Magic numbers and how to deal with them in C++

Hi dear reader, I’m Xavier Jouvenot and in this article, we are going to talk about magic numbers. This post was inspired by a rule from the fourth chapter of Code Craft, by Pete Goodliffe, on Defensive programming.

What is a Magic number ?

A magic number is a raw number in the code. This is as simple as that. But what the matter with those raw number, may you ask ? Well, let’s talk about them !

Imagine facing some code like this:

auto result = function(3);
if(result == 42)
{
    otherFunction(3);
    return 42;
}
return -1;

What the numbers of this code mean ? Are the two ’42’ same information ? Is the parameter of otherfunction 3 because function also takes 3 as a parameter ? When returning -1, is it an error code, or something else ?

Those can be a few of the questions about the numbers that you can ask yourself when looking at such a code. The main problem of such number is that you have no idea of what they represent, which make the understanding of the code harder for new comers, or for people used to the code base too.

Another problem with such number can be encountered when refactoring your code. Imagine that the 42 represent an error code, and it is now a valid result (since it’s the Answer to the Ultimate Question of Life, the Universe, and Everything 😉) and you have to modify it to 43. In all you code base, you have 42s and your task is to modify the right one into 43, but to let the 42s where they should not be change in 43. This example may sound a bit silly, but refactor of such nature does happen, and, if you aren’t prepare, it’s going to cost you a great amount of time, energy and money.

How to deal with Magic numbers ?

The first thing to do, is to name everything. By that, I mean storing all your numbers into well-named variables. To do so, I encourage you to read this article about The Power Of Naming.

When naming things, you will end up with one variable being used in several places, where you had the same number several time. After that, the refactor we mentioned will be super easy, as you will only have to modify the value of one variable.

Moreover, the logic of your code will be much clearer, since you will be able to know the difference between to magic number when they don’t represent the same thing. Let’s modify the previous code example, and name the magic numbers:

const auto param = 3;
const auto result_if_success = 42;
const auto result_if_error = -1;
const auto answer_to_the_ultimate_question_of_life_the_universe_and_everything = 42;

auto result = function(param);
if(result == answer_to_the_ultimate_question_of_life_the_universe_and_everything)
{
    otherFunction(param);
    return result_if_success;
}
return result_if_error;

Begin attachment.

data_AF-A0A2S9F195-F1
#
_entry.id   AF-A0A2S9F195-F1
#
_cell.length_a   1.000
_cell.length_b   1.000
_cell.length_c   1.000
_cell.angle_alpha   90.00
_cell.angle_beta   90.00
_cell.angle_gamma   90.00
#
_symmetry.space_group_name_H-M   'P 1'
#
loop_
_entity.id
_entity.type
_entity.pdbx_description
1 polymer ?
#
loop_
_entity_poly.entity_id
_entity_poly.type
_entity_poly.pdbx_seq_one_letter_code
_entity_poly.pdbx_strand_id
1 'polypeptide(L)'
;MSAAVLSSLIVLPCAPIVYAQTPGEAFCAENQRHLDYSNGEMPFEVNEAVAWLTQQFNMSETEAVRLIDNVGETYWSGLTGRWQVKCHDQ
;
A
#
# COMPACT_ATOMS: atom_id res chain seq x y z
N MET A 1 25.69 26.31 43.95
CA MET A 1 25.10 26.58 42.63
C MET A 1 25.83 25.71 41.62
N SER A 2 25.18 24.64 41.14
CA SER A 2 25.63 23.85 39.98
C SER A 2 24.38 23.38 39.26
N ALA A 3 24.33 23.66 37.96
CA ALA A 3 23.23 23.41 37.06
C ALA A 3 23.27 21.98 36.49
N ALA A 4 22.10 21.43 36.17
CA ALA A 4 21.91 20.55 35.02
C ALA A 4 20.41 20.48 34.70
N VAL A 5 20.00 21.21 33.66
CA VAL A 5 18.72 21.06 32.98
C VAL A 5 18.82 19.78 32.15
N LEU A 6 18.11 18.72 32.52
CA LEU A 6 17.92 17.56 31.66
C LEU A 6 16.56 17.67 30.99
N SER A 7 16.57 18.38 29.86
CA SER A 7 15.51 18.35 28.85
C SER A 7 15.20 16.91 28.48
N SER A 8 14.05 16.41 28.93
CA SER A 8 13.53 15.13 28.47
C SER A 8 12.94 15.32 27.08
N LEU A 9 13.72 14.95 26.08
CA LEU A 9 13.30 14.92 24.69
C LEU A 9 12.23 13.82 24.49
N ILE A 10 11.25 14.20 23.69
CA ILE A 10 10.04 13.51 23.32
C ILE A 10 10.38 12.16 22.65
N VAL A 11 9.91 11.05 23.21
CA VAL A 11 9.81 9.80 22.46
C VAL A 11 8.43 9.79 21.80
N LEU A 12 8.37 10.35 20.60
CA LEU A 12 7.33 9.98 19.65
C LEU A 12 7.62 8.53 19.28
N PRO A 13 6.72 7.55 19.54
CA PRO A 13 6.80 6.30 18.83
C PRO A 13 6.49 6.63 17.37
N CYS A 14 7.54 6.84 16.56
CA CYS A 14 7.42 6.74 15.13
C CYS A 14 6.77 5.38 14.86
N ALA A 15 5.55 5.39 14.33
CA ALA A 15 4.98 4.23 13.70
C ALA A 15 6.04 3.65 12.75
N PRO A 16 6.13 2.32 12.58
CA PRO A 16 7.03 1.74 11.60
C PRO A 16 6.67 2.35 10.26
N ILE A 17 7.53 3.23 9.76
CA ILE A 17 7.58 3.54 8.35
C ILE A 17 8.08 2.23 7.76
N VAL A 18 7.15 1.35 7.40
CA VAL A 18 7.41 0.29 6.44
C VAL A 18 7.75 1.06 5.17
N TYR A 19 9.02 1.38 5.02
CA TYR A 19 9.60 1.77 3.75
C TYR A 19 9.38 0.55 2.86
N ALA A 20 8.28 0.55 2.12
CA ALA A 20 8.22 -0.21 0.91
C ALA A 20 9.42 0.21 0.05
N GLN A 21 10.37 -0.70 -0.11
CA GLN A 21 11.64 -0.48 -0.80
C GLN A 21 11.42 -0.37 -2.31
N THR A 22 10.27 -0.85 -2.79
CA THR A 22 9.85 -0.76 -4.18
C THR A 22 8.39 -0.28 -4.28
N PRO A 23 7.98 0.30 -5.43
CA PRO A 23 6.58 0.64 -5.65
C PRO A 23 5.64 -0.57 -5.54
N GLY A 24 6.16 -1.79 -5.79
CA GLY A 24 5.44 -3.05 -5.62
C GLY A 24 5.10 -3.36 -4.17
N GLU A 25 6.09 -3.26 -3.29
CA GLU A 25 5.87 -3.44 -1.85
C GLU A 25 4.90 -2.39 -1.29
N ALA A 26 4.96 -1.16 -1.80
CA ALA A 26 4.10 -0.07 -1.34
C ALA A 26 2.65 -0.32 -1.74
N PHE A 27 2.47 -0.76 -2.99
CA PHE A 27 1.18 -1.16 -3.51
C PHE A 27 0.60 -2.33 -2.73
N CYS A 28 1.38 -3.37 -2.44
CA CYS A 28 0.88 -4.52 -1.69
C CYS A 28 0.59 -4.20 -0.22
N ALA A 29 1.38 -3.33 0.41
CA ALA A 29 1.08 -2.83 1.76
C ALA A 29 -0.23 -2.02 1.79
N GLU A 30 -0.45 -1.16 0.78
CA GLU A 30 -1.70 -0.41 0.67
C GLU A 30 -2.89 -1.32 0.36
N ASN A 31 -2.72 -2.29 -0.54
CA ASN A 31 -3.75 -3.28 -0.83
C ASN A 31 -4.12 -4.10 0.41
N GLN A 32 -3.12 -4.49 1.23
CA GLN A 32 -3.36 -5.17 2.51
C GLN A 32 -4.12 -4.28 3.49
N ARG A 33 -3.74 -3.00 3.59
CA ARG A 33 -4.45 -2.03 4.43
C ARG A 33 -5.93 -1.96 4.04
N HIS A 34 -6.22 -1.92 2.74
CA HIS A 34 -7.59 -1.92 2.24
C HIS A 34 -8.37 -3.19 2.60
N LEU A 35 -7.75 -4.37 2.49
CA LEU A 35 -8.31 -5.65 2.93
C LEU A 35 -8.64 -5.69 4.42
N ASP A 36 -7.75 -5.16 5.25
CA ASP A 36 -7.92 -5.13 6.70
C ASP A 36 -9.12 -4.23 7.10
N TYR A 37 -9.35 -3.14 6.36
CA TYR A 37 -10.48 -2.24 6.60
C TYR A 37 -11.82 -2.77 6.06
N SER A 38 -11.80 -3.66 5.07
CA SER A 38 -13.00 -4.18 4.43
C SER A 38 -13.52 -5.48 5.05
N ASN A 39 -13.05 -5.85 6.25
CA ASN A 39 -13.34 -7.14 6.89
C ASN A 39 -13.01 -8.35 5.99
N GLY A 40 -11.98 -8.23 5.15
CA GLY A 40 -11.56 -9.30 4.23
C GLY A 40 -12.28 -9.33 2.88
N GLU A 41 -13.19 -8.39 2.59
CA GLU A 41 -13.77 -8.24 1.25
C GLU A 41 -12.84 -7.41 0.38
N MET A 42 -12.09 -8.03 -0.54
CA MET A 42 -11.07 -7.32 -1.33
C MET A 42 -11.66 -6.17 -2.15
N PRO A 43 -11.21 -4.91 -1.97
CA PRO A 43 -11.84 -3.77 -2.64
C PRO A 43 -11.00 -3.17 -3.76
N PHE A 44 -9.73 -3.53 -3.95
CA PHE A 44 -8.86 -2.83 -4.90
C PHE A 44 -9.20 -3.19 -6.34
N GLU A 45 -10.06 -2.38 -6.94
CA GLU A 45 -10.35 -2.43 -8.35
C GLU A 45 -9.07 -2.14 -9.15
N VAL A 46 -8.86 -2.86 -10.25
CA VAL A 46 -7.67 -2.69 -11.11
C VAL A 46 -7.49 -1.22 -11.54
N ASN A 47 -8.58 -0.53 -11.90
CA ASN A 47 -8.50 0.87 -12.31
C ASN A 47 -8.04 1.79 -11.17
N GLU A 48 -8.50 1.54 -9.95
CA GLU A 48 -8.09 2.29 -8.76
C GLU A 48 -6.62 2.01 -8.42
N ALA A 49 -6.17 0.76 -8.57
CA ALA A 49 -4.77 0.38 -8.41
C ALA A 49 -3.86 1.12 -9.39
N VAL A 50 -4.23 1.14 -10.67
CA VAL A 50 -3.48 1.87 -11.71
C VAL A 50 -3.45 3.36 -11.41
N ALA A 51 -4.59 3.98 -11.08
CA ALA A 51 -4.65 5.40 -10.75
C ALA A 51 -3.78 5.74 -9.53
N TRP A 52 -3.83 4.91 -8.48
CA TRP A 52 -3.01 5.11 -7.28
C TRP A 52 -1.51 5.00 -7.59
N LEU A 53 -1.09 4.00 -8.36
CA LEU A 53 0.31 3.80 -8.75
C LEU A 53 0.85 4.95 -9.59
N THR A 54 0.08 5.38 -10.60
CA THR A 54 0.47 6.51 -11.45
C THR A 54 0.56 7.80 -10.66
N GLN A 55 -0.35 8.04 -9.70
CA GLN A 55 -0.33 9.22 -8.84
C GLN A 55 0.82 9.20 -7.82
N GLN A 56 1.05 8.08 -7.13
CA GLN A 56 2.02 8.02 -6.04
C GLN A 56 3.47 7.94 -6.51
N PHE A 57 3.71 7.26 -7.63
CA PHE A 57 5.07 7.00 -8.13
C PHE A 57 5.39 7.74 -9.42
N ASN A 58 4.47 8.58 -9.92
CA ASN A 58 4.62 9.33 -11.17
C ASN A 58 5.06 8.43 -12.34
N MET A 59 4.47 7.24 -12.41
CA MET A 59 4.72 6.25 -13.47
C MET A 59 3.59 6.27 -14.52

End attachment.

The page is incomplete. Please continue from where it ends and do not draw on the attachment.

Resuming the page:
And now, even with poorly named function, we can make a distinction between the different meanings of the numbers, which is a huge benefit to all the people who are going to read such code.

After naming everything, you may end up with some variable having some link between each other. You can also regroup them in an enum or a namespace to make this link more visible to everyone. For example, in our code, we can totally imagine having such a structure:

const auto param = 3;
const auto answer_to_the_ultimate_question_of_life_the_universe_and_everything = 42;

enum class Result
{
    success = 42,
    error = -1
}

auto result = function(param);
if(result == answer_to_the_ultimate_question_of_life_the_universe_and_everything)
{
    otherFunction(param);
    return Result::success;
}
return Result::error;

Numbers but not only – Magic constants

The concept of Magic numbers can be extended to more that numbers. Indeed, in your code, you may have some elements which can be like raw, hard coded without any variable to give it a meaning with a well chosen name.

You can for example have strings in you code which can represent different elements such as path to a file or to a directory. You can also have colors represented as string or as hexadecimal value. Those elements should always be use through well named variable to make them easily changeable and make your code more understandable.

To make a rule easy to remember, you can say that you should name all the constants in your code. That way, every time you encounter a raw element, you will give it a good name, and improve your code readability 😉

Modern c++ best practices

In Modern C++, there are ways to handle magic constants properly.

Indeed, since c++11, you can use the constexpr keyword to define variable at compile-time, allowing you to reduce the overhead produce by those variables in your program and make the compiler optimize your code better. That way, you can have constexpr numbers, string_view (since c++17), or any structure if you designed it the right way.

Moreover, to give more context to your constants and avoid naming conflict, you can use enum class and namespace.

By using those, I can guarantee you that your code will be much clearer, without any lost of performance. It’s an absolute win 😃

Conclusion

I can state this enough, but naming is a difficult thing to do, but an essential thing to do. And magic constants are elements you must name to make your code more expressive, and easier to understand and easier to work with.

Thank you all for reading this article, And until my next article, have an splendid day 😉

Interesting links

Un commentaire sur “Magic numbers and how to deal with them in C++

Répondre

Entrez vos coordonnées ci-dessous ou cliquez sur une icône pour vous connecter:

Logo WordPress.com

Vous commentez à l’aide de votre compte WordPress.com. Déconnexion /  Changer )

Photo Google

Vous commentez à l’aide de votre compte Google. Déconnexion /  Changer )

Image Twitter

Vous commentez à l’aide de votre compte Twitter. Déconnexion /  Changer )

Photo Facebook

Vous commentez à l’aide de votre compte Facebook. Déconnexion /  Changer )

Connexion à %s